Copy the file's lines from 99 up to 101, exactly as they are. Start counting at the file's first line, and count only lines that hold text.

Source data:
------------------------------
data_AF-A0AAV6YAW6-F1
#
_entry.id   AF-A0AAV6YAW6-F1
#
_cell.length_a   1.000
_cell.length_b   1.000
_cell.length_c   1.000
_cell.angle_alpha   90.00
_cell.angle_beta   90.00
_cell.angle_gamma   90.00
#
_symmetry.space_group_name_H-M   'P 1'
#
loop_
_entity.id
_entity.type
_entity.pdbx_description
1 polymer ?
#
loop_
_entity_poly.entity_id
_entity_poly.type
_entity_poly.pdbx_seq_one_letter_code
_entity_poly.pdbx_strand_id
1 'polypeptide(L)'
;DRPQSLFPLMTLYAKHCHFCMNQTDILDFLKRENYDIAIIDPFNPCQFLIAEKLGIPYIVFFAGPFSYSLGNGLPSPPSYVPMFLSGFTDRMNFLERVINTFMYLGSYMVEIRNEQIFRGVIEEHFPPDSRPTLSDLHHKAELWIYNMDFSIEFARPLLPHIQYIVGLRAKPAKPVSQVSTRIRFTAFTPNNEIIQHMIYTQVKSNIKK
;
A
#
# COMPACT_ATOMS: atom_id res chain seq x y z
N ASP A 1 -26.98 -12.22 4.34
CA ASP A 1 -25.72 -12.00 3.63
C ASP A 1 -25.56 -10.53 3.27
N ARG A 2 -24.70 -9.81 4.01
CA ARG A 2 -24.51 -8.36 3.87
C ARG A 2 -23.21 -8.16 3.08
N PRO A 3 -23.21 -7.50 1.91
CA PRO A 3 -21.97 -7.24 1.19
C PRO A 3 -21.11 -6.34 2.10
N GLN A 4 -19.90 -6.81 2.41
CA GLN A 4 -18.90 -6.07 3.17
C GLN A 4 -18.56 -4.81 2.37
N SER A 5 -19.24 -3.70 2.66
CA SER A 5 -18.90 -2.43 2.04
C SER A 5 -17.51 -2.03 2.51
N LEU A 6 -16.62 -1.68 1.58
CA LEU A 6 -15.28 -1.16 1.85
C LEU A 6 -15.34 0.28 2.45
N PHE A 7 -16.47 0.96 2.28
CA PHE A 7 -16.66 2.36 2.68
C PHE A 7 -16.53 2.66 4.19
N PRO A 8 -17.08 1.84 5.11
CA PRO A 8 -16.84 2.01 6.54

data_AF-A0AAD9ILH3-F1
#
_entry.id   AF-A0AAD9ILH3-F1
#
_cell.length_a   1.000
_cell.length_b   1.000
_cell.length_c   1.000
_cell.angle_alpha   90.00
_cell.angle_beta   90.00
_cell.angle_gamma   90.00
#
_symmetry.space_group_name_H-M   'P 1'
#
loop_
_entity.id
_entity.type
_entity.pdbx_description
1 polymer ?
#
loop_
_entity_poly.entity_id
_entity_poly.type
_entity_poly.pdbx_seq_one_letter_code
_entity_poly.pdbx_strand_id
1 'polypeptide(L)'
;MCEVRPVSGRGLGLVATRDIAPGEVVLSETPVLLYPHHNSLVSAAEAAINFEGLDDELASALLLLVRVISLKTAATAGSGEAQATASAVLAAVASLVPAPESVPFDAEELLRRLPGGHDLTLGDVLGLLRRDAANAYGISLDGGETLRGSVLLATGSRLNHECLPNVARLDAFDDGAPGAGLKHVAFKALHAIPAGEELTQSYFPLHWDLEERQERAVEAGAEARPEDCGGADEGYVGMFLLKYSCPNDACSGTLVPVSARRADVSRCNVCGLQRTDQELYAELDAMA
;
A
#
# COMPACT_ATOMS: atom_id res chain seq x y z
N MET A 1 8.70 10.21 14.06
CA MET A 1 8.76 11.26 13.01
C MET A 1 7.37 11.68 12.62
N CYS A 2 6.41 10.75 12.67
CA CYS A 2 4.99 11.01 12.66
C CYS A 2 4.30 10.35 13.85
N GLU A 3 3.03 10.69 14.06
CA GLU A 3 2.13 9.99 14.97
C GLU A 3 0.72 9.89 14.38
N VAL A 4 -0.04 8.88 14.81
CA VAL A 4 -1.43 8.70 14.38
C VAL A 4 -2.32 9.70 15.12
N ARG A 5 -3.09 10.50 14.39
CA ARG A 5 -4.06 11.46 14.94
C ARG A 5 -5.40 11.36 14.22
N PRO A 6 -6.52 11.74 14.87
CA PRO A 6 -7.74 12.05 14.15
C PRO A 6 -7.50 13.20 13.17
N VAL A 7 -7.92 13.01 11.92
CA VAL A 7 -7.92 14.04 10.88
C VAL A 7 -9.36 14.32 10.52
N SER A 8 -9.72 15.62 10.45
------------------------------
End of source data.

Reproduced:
N PRO A 6 -6.52 11.74 14.87
CA PRO A 6 -7.74 12.05 14.15
C PRO A 6 -7.50 13.20 13.17